Dodik's map: RS and Serbia united, Kosovo partitioned

RS President Milorad Dodik said in an interview with DW that a referendum on the independence of the (Serb) entity is currently not an institutional topic.

Source: Deutsche Welle
(EPA, file)
(EPA, file)

He claims, however, that BiH (Bosnia-Herzegovina) will not survive in any form

"A referendum is not on the agenda. No body, no institution in the RS has this on its agenda. There is speculation about it, there are partisan positions about this, opinions of individuals about it exist, undoubtedly, and it's not that it isn't a public topic, but it isn't an institutional topic," Dodik said in a conversation recorded in mid-October - i.e., before the region was stirred up by the Deutsche Welle (DW) interview with Bosniak member of the Presidency Bakir Izetbegovic.

At the same time Dodik argues that BiH is a failed state and notes that the Serbs are "not without an alternative."

"We are not adventurers as many present us to be. We are not stupid nationalists either. So I understand that in order to achieve such elements you have to create a political framework and a political environment, to create a sufficient quantum of practice in the surrounds and in Europe, and of course, for it to be at least partially accepted," Dodik said, adding that he is working "to create this political environment."

(Asked) whether a referendum on the independence of the RS will be held if the Dayton Agreement did not function as he thinks (it should), Dodik replied that he dreams about it.

"As soon as I have a permille of a chance, I would hold it," Dodik said.

Dodik also claims that BiH will not survive in any form.

Dodik said that the Dayton Agreement the way it was written, not how it has been changed, suits the Serbs.

"A Bosnia outside the Constitution does not suit us, a constitutional Bosnia suits us. But nobody will hear that," Dodik told DW.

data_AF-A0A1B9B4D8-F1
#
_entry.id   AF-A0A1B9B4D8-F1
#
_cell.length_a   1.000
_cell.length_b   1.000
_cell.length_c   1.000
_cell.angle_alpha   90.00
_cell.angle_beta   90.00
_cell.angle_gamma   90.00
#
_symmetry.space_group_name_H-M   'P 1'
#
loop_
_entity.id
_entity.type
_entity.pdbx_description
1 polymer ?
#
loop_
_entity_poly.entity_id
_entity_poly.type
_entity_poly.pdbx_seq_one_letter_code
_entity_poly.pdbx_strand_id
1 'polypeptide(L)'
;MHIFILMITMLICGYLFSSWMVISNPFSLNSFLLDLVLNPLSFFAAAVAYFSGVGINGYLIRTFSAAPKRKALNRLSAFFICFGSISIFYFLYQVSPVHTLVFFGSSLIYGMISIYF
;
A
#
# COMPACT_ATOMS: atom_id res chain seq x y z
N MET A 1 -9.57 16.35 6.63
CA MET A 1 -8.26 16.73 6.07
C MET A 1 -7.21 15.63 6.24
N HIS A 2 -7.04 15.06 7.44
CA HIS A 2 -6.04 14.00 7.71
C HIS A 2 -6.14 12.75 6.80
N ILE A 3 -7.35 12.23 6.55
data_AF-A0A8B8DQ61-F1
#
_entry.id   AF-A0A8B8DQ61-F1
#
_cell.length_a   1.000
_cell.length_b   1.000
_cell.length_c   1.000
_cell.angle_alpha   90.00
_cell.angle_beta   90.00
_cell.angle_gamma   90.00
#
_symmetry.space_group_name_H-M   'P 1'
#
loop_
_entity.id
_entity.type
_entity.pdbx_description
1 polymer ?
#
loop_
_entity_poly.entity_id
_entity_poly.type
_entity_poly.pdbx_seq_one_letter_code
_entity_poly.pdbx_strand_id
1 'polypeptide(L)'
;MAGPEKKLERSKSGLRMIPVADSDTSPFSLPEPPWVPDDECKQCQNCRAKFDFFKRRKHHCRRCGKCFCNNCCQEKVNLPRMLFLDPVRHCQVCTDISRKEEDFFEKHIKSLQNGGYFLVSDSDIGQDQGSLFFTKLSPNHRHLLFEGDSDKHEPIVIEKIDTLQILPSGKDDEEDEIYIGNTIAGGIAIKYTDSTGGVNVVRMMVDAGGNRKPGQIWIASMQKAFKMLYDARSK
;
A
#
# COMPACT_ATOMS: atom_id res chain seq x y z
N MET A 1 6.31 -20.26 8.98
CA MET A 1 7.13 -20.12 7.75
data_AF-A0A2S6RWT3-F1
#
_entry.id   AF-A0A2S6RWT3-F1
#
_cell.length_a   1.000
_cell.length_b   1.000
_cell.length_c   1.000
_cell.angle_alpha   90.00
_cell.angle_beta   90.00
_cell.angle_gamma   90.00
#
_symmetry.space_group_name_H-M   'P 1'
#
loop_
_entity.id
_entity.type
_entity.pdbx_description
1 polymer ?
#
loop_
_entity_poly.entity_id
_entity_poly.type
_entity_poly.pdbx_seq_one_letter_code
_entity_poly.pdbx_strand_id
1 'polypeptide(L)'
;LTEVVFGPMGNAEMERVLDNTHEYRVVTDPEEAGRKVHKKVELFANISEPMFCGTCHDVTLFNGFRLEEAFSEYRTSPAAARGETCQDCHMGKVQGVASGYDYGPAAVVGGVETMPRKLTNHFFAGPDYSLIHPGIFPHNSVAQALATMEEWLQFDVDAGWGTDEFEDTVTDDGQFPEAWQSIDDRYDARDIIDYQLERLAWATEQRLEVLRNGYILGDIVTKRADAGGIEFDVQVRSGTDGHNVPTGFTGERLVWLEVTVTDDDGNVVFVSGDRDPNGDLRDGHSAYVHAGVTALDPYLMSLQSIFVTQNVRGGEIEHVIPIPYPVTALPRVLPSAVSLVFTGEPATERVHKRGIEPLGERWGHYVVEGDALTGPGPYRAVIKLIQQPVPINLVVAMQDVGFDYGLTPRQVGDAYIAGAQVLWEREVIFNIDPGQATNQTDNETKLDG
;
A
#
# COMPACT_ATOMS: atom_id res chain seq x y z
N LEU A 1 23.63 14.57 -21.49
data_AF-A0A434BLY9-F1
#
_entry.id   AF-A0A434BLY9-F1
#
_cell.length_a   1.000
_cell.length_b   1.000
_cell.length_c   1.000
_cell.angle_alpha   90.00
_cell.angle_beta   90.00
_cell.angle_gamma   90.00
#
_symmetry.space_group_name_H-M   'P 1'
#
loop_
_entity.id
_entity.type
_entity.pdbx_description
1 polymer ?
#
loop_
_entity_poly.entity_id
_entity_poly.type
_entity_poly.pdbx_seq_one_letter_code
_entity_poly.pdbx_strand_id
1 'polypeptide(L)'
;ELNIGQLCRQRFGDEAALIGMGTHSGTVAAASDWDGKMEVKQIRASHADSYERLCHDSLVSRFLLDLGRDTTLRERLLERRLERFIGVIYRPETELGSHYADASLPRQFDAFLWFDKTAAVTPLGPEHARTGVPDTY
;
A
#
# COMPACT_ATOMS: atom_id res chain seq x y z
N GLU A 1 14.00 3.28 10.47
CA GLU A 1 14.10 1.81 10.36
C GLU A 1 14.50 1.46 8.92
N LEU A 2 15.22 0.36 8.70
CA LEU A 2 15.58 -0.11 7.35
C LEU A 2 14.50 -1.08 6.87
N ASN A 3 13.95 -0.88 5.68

(Reacting) to Izetbegovic's statement cited to him by journalists, that he (Izetbegovic) was ready for a war to preserve the integrity of BiH, Dodik said that Izetbegovic "has no power at all."

"We have a police force here that is numerically stronger and more willing and motivated. Secondly, any intervention in the RS from Sarajevo would definitely strengthen that kind of story. This is not Spain. "

The RS president directly links Kosovo's independence with the independence of the Republika Srpska (the Serb Republic): "I am not against Kosovo's independence. I in favor of a conversation between Belgrade and that (Kosovo - DW), and if Belgrade so decides I have nothing against it, but them my next question is why the Republika Srpska cannot do it. If there are rights for one side, then there must be rights for others as well."

Dodik says that the Republika Srpska is burdened by the fact that Serbia has remained in the policy of preserving (its) territorial integrity.

"If at that moment Serbia, when Kosovo separated, said it was ok, we would surely have already separated by now," he says.

At the end of the conversation, he drew a map of the Balkans the way he sees it - the RS and Serbia united, and Kosovo partitioned, with the north belonging to Serbia.


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